This content is part one of a four-part series called Leveraging Market Trends to Reach New Clients from a conversation between Joe Woodard and Mike Michalowicz on the Scaling New Heights Podcast. To read the other parts in this series, see the links below the article.
Joe: I'm going to jump right into the first question. Marketing is all about reading trends. What are the trends happening right now?
Mike: It's funny, that's the first question I always get. Although I could say the electric car is a trend, the autonomous bar, or all these different things. The real question is where do we want to look for the trends? The analogy I use is surfing. When you go surfing, you don't say, "Hey, where are the waves?" There are billions of waves in the ocean. You say, "Hey, where's the hot surfing spot where I want to surf?" The hot spot is convenient to you, it's in your neighborhood, or you happen to be vacationing in the area, so you actually pick the spot first, then you look for the waves.
The question that I pose back when I’m asked about marketing trends is, “What is the niche that's in your neighborhood?” Where do you want to target? Where do you get the most joy? What are you fascinated and interested about? It could literally be in herpetology, the study of reptiles, it could be in the yarn industry, it could be electric cars. Each industry and all niches that exist all have their own trends going on. You need to pick the niche that you’re targeting and then look for the trends in that niche.
Joe: You say marketing is tied to niche, and you often quote the “riches in the niches” saying. What is niche’s relationship to marketing effectiveness?
Mike: The way a community responds is relatively consistent, but they usually stay congealed or connected with their community. Let me put it in another way. Birds of a feather flock together. For example, I service the accounting and bookkeeping community. I know there are conferences that accountants and bookkeepers attend - Scaling New Heights is the top echelon of that. I appear at those conferences and basically market myself there consistently. Once you pick your niche, the question is where are their congregation points? What are the conferences they go to? What are the magazines they read? What are the podcasts they listen to? What are the blogs they read? Who are the influencers in that community? You need to start circulating there.
The irony is this is a strategy used by all successful companies, but particularly these super big ones we think about, like Coca-Cola for example. They are a massive company, but they broke into the large consumer market after originally being a cough syrup. That was their niche and they expanded after making significant money. My warning is, don't try to start off broad.
Now that Coca-Cola has gone broad, when they run commercials, they are not trying to sell you, they're trying to simply associate you with the brand. They want you to see their logo over and over again, and over time you'll become more comfortable with it. Because we trust the brand, when we are in the market for soda, we will buy a liter of Coke and not buy a liter of generic soda, even though logically they're the same ingredients. We have better brand affinity.
We, as small businesses, have the same opportunity. Take your accounting practice and target a niche. Ideally, you should target an industry niche because those industry niches will have established congregation points. They will have conferences. If you're going after the herpetology market, there's the reptile conferences, there's the animal conservation conferences. If you're going after a yarn market there's the spinning conferences, the dying conferences. Once you start appearing in that community, the community you choose, again, and again, and again, you will become the Coca-Cola brand for that niche.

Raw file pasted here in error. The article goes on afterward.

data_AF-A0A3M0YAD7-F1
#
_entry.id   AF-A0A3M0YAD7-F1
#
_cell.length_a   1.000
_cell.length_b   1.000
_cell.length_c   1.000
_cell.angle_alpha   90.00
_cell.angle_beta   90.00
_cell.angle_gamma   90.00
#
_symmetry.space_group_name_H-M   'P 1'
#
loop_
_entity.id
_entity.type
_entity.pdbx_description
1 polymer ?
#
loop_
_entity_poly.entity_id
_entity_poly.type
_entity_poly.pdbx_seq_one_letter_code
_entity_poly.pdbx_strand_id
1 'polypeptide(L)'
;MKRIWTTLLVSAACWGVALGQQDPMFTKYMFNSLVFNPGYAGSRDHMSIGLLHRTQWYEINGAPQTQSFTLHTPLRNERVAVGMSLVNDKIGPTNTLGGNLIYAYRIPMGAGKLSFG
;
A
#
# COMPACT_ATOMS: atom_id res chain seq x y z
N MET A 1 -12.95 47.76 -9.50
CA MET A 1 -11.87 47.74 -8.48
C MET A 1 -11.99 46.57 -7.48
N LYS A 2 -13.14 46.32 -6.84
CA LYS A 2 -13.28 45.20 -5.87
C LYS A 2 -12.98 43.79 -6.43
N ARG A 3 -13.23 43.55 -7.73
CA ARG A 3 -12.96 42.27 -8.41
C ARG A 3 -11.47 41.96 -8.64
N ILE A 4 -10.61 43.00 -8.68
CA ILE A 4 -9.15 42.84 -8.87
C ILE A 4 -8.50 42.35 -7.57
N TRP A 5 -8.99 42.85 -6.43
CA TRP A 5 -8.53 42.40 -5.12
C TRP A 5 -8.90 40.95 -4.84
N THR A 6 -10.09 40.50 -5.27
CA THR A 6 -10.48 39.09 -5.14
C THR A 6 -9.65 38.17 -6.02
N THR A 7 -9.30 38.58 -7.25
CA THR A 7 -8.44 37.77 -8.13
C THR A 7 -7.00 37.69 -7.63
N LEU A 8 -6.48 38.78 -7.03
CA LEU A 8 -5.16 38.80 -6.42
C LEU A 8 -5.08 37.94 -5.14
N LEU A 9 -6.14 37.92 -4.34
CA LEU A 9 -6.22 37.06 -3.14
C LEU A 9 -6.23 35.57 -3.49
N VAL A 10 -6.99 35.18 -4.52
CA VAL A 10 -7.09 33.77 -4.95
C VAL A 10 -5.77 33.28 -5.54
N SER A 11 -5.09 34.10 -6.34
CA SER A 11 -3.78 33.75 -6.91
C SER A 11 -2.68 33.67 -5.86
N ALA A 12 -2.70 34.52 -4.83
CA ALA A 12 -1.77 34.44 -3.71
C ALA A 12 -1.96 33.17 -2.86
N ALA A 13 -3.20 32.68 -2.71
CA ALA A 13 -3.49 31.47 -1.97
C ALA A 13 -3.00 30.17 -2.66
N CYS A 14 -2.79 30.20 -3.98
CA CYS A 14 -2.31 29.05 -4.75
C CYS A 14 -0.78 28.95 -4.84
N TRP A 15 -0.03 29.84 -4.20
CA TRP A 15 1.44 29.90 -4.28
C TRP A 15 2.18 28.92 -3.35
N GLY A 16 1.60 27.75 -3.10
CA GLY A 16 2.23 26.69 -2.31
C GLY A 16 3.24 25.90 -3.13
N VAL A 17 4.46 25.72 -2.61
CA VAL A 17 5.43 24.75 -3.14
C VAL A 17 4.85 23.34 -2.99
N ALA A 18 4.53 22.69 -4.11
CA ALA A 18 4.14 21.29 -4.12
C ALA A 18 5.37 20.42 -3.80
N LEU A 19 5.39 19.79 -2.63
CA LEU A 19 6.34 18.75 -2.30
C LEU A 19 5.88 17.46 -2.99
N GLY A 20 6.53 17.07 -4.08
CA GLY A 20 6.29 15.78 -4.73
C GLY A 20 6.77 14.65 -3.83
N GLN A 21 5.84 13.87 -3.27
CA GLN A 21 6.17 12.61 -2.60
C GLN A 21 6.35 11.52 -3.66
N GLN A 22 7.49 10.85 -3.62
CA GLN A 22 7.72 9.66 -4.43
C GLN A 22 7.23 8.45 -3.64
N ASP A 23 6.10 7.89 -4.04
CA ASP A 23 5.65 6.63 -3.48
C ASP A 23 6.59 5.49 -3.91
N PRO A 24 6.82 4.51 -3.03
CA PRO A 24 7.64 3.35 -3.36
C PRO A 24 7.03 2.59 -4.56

Joe: That is powerful. And there is a component too that's a softer side of marketing and that's the word of mouth. An example is Greg Bossen who has a non-profit niche. He says his marketing is largely done at this point by his momentum. He would have to pour more energy into it if he wanted to significantly grow his practice, but he can sustain his practice on the fact that non-profits talk to non-profits. As they talk within the community, they refer each other. When you practice within a niche and you build brand and expertise, and expertise is connected to brand of course, then the whole thing begins to have its own inertia, and that inertia can be both building and powerful.
Mike: It reminds me of a world-leading heart surgeon for example. If I had a situation where I need heart surgery, I would ask friends and acquaintances and I would research, “Who's the best heart surgeon?” The best heart surgeon attracts customers through word of mouth. On the other hand, general practitioners conversely attract people in the general vicinity. Someone looks for a general practitioner within a certain driving distance.
When we focus on a niche, we can be a heart surgeon. When a business has a critical issue, like a heart failure, if you will, for the business, they are absolutely going to ask their trusted confidants, their friends, the people in that community. That is how the discovery is made – through word of mouth.
It's a shame, Joe. Most accounting and bookkeeping firms are general practitioners meaning they want to be convenient and available for everybody and therefore they attract people with the equivalent of the cough or a cold. But the second the client's business issue becomes a serious issue, the client moves on from the general practitioner and goes to a surgeon. The surgeon, the elite niche providers in our businesses, attract the highest premiums because they provide a very specific solution for their clients.
Joe: Specialization and niche go hand in hand. Both of those feed marketing, give you a targeted marketing campaign, and create word of mouth energy.